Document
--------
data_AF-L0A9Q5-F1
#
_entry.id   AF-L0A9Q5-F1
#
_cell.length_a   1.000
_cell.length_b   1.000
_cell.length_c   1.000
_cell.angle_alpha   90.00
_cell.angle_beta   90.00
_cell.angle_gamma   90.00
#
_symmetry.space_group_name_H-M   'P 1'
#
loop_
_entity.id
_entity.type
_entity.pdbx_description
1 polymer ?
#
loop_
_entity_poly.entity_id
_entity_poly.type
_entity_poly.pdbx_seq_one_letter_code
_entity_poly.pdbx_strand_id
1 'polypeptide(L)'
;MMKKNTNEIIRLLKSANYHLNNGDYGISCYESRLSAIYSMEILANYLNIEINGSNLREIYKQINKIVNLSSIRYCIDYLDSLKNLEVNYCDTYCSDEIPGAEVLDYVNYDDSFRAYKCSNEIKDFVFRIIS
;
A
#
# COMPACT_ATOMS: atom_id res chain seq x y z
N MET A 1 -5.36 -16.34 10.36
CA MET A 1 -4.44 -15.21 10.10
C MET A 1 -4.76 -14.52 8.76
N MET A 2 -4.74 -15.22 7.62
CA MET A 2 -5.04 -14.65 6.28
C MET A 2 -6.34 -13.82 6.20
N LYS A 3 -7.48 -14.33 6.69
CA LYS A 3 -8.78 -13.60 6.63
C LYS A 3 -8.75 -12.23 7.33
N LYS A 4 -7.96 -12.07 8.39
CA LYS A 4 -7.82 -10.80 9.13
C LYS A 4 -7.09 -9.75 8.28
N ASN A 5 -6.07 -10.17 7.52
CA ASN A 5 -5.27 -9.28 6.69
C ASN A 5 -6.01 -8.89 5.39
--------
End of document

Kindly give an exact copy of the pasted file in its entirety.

data_AF-L0A9Q5-F1
#
_entry.id   AF-L0A9Q5-F1
#
_cell.length_a   1.000
_cell.length_b   1.000
_cell.length_c   1.000
_cell.angle_alpha   90.00
_cell.angle_beta   90.00
_cell.angle_gamma   90.00
#
_symmetry.space_group_name_H-M   'P 1'
#
loop_
_entity.id
_entity.type
_entity.pdbx_description
1 polymer ?
#
loop_
_entity_poly.entity_id
_entity_poly.type
_entity_poly.pdbx_seq_one_letter_code
_entity_poly.pdbx_strand_id
1 'polypeptide(L)'
;MMKKNTNEIIRLLKSANYHLNNGDYGISCYESRLSAIYSMEILANYLNIEINGSNLREIYKQINKIVNLSSIRYCIDYLDSLKNLEVNYCDTYCSDEIPGAEVLDYVNYDDSFRAYKCSNEIKDFVFRIIS
;
A
#
# COMPACT_ATOMS: atom_id res chain seq x y z
N MET A 1 -5.36 -16.34 10.36
CA MET A 1 -4.44 -15.21 10.10
C MET A 1 -4.76 -14.52 8.76
N MET A 2 -4.74 -15.22 7.62
CA MET A 2 -5.04 -14.65 6.28
C MET A 2 -6.34 -13.82 6.20
N LYS A 3 -7.48 -14.33 6.69
CA LYS A 3 -8.78 -13.60 6.63
C LYS A 3 -8.75 -12.23 7.33
N LYS A 4 -7.96 -12.07 8.39
CA LYS A 4 -7.82 -10.80 9.13
C LYS A 4 -7.09 -9.75 8.28
N ASN A 5 -6.07 -10.17 7.52
CA ASN A 5 -5.27 -9.28 6.69
C ASN A 5 -6.01 -8.89 5.39